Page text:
In my wing anyway, once the cable starts it's journey through the inside of the wing to the actuator from the flap bracket, it's just a matter of finding the most direct routing while avoiding too sharp of bends, and not interfering of course with any thing else in the wing, it's simply zip tied to various compression struts etc. as you go. It being a self contained kind of deal, the cable housing with it's internal cable/rod, it's kind of hard to screw it up, at least as compared to routing aircraft control cable, pullies, etc. It's one of those beautifully simple quick and dirty way to get the job done, KISS applies here, RANS is pretty good at keeping things simple for their builders and cost effective for them to supply, and between myself and a few other S-7 pilots I personally know, with well over 10K fleet hours, there are zero issues with this system. Once properly setup, they don't stretch, move, or seem to require any attention.

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    The Flightstar I retired a few years back had Teleflex on both elevator and ailerons.(2 redundant on the elevator) I didn't like the looks of them at first, but had to admit there wasn't much friction and after 200 hours I quit moaning about them.
    What's a go-around?
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    RVBottomly's Avatar
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    I found this on the Rans website regarding teleflex for flaps.

    rans.jpg


    It comes from the discussion of the S-21 Outbound. Scroll down to 3/29/17 entry:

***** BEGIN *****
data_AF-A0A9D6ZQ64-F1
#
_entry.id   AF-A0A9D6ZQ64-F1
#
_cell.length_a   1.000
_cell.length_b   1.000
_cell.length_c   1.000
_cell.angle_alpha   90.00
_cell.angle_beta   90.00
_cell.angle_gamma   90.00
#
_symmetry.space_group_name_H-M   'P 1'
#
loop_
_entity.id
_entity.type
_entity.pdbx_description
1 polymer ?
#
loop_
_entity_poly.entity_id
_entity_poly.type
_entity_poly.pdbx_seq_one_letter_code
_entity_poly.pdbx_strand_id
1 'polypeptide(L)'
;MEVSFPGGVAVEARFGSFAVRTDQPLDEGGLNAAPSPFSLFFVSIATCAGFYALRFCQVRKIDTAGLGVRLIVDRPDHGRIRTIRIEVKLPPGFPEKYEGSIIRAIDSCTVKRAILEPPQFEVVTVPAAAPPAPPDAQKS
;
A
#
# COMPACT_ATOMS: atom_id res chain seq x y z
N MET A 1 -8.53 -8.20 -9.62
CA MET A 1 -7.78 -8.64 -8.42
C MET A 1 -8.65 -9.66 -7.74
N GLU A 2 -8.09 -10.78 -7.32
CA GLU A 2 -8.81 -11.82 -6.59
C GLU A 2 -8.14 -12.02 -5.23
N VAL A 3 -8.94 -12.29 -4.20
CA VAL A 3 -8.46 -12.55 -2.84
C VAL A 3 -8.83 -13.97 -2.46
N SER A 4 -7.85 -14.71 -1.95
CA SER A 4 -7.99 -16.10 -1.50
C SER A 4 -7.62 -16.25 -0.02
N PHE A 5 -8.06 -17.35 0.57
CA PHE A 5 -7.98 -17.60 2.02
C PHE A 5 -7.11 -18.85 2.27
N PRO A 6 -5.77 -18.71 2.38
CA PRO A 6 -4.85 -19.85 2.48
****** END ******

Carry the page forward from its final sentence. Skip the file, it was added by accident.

https://www.rans.com/21-outbound-progress-page-2

    I notice that flap deployment is in a pull configuration on a bellcrank. I remember the telexflex "Xtreme" cables can handle an 8" bend radius.

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    I was almost going to say RANS was using them (tele cables) on the new 21, but wasn't sure and was too lazy to find out, good catch! And, that picture shows how simple the retaining bracket is for the housing, I'm sure there is some engineering out there saying it is plenty strong for the anticipated loads.

    Using them for ALL flight controls works also, but not as light a feel as cables I'm guessing? Flaps don't matter near as much for primary controls as far as a delicate touch/small break out force.

  33. #33
    Cubus Maximus's Avatar
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    This early 90's Cub Crafters test mule had oversized hydraulic flaps that were infinitely adjustable (and dumpable). Worked pretty good!



    Flap release / dump button (red) was on the control stick.









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    RVBottomly's Avatar
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    Quote Originally Posted by Cubus Maximus View Post
    This early 90's Cub Crafters test mule had oversized hydraulic flaps that were infinitely adjustable (and dumpable). Worked pretty good!
    Thanks for reminding me of that. I love playing with hydraulics, but I always wondered about the weight compared to cables and pulleys.